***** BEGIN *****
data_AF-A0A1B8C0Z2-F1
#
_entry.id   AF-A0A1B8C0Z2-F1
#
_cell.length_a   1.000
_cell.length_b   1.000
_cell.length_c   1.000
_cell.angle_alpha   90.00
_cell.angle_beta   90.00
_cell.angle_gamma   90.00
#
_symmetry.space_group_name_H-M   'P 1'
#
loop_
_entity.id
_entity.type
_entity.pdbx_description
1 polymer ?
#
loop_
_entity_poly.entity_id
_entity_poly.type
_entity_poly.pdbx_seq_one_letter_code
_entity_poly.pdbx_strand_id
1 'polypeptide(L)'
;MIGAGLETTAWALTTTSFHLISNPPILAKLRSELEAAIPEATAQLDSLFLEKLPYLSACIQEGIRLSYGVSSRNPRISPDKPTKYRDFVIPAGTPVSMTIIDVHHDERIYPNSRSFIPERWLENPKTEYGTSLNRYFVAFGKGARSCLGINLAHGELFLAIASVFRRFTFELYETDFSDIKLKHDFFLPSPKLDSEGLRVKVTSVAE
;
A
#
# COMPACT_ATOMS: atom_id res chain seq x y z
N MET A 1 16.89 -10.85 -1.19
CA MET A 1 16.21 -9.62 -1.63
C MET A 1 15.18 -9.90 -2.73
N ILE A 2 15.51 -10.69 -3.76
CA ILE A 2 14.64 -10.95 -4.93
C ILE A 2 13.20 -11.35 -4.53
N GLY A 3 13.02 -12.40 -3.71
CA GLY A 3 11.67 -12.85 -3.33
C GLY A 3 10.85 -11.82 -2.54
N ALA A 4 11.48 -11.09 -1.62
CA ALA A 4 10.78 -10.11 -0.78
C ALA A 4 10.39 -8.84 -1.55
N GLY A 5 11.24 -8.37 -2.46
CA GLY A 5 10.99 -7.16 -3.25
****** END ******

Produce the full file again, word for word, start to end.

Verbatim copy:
data_AF-A0A1B8C0Z2-F1
#
_entry.id   AF-A0A1B8C0Z2-F1
#
_cell.length_a   1.000
_cell.length_b   1.000
_cell.length_c   1.000
_cell.angle_alpha   90.00
_cell.angle_beta   90.00
_cell.angle_gamma   90.00
#
_symmetry.space_group_name_H-M   'P 1'
#
loop_
_entity.id
_entity.type
_entity.pdbx_description
1 polymer ?
#
loop_
_entity_poly.entity_id
_entity_poly.type
_entity_poly.pdbx_seq_one_letter_code
_entity_poly.pdbx_strand_id
1 'polypeptide(L)'
;MIGAGLETTAWALTTTSFHLISNPPILAKLRSELEAAIPEATAQLDSLFLEKLPYLSACIQEGIRLSYGVSSRNPRISPDKPTKYRDFVIPAGTPVSMTIIDVHHDERIYPNSRSFIPERWLENPKTEYGTSLNRYFVAFGKGARSCLGINLAHGELFLAIASVFRRFTFELYETDFSDIKLKHDFFLPSPKLDSEGLRVKVTSVAE
;
A
#
# COMPACT_ATOMS: atom_id res chain seq x y z
N MET A 1 16.89 -10.85 -1.19
CA MET A 1 16.21 -9.62 -1.63
C MET A 1 15.18 -9.90 -2.73
N ILE A 2 15.51 -10.69 -3.76
CA ILE A 2 14.64 -10.95 -4.93
C ILE A 2 13.20 -11.35 -4.53
N GLY A 3 13.02 -12.40 -3.71
CA GLY A 3 11.67 -12.85 -3.33
C GLY A 3 10.85 -11.82 -2.54
N ALA A 4 11.48 -11.09 -1.62
CA ALA A 4 10.78 -10.11 -0.78
C ALA A 4 10.39 -8.84 -1.55
N GLY A 5 11.24 -8.37 -2.46
CA GLY A 5 10.99 -7.16 -3.25